The hunt for Star Coins is another reason why Mario Golf: World Tour comes across as serious. Star Coins are necessary for unlocking the game's Nintendo-themed stages, but finding the means to earn these coins is a treasure hunt in itself. Turns out you need to take on "Challenges," an option located in a menu stuffed within a menu. Unlocking new stages takes numerous Star Coins, and as you might expect, winning them isn't easy.

But even if playing alone in the Castle Club may seem a bit stuffy for anyone disinterested in golfing's nooks and crannies, there's no question playing Versus mode with friends is a riot. The highly-customizable rounds suit players that want a drawn-out match or a few quick holes. And if you're not very good at golf, it's kind of a relief to play alongside someone who's as bad as you.

Moreover, Versus mode lets you select Mario and his friends from the get-go, and their antics are sure to elicit a grin. Donkey Kong got a double-bogey? Prepare for a tantrum. Peach got a birdie? Watch her spin and turn her club into a parasol. Daisy missed an easy putt? Watch her shrug and act disinterested. Daisy don't care.

Mario Golf: World Tour is a very thorough golfing game that may overwhelm some players. But that doesn't make it a poor title by any means. Golf enthusiasts who love Nintendo (surely they're out there; someone hunt for a Venn diagram) will undoubtedly spend hours with the Castle Club. Everyone else can opt for a quick nine with their buddies.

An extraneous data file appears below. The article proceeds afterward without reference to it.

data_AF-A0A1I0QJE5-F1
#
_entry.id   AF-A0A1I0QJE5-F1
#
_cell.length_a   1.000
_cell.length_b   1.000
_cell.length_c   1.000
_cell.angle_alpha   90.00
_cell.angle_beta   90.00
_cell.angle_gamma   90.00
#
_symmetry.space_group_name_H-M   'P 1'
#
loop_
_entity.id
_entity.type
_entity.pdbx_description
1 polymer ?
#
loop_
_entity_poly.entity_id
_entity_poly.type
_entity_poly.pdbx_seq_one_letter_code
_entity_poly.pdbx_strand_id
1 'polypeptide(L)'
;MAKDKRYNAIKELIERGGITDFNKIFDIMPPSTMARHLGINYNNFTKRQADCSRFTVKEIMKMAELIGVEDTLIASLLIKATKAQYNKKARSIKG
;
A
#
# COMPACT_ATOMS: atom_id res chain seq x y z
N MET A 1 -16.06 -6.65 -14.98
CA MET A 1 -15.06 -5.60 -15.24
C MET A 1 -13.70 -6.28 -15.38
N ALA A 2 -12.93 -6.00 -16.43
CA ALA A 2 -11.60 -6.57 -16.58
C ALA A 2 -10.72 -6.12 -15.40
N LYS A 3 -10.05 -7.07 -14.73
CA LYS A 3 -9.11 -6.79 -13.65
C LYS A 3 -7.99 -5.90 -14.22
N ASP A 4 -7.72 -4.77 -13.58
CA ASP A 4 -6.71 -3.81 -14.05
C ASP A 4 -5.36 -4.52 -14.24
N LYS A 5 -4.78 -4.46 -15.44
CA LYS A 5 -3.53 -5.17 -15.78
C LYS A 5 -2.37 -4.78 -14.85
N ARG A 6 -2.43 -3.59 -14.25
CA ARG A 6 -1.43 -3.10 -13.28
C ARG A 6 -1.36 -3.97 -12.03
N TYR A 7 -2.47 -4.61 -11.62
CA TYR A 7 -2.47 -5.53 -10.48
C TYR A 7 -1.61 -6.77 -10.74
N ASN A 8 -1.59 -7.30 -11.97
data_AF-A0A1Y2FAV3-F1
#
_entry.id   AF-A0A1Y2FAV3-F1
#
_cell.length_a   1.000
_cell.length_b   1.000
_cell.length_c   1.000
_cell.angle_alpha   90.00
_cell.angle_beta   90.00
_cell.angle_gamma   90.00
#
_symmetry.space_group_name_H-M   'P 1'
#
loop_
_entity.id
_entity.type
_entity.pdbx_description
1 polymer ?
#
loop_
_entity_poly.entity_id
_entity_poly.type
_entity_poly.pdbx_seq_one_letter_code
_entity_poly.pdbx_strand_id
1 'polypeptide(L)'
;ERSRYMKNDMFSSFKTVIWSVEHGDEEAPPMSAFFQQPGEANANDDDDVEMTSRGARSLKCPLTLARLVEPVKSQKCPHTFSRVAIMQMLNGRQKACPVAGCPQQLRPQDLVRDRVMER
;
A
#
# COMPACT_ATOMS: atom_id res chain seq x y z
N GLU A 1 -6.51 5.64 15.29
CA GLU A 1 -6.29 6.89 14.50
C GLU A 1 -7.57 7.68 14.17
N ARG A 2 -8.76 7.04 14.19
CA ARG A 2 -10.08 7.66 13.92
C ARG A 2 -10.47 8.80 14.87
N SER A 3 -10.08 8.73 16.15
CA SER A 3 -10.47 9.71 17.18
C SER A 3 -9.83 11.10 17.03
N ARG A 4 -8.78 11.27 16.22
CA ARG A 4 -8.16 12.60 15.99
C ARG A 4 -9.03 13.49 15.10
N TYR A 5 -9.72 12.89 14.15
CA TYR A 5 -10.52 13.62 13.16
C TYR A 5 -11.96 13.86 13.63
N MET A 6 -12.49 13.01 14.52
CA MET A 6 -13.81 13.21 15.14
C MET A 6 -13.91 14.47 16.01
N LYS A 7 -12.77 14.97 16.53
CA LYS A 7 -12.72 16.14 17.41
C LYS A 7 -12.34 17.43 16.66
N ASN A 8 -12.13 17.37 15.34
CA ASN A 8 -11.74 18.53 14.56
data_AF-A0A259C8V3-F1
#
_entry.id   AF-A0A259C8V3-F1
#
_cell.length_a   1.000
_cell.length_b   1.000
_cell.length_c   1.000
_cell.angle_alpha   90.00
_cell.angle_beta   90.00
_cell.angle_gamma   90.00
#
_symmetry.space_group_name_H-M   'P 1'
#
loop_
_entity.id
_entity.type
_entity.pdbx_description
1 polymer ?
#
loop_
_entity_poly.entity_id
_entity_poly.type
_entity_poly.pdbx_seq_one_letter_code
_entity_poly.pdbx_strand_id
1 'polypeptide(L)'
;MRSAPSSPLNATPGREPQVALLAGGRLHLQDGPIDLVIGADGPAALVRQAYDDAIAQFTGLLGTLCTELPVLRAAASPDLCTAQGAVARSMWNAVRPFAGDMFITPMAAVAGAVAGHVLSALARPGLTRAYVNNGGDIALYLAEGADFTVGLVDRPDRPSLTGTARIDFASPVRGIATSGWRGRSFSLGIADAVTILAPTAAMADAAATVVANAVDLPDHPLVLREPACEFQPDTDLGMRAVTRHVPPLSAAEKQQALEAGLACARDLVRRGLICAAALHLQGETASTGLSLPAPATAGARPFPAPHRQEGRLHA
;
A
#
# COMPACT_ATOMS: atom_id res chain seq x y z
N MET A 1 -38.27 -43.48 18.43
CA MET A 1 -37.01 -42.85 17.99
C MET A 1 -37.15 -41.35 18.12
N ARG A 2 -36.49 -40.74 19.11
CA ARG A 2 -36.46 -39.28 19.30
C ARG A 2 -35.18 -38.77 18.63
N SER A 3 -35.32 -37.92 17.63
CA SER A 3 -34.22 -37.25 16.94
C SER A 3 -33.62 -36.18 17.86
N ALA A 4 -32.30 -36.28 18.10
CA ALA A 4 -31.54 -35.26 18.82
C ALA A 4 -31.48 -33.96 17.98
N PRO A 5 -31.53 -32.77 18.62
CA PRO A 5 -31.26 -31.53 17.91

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Second Opinion Bob Mackey

World Tour is the first packaged retail golf game in the 3DS' three-year lifespan, and its lack of ambition underlines this fact. It may not matter to newcomers, but the series' former RPG mode had me obsessed with the past two portable entries, even though I'm not all that interested in the sport itself. Running around the game world as your Mii definitely carries a lot more appeal than the nondescript boy or girl character earlier Mario Golfs forced on you, but the upgrades-via-equipment system in World Tour makes for a definite downgrade, as the various pieces of apparel produce a barely perceptible difference to your golf game. Worse yet, they look incredibly bland; most of these golfing duds simply slap a boring texture on your Mii, with some tenuous visual connection to whatever Nintendo thing they're referencing.

With the insanely vibrant and strange world of Mario at their fingertips, Camelot somehow made a golf game with clothing options less extreme than the actual sport.

Take out the Mario folks and it's pretty much just Hot Shot Golf. Shh, don't tell Sony.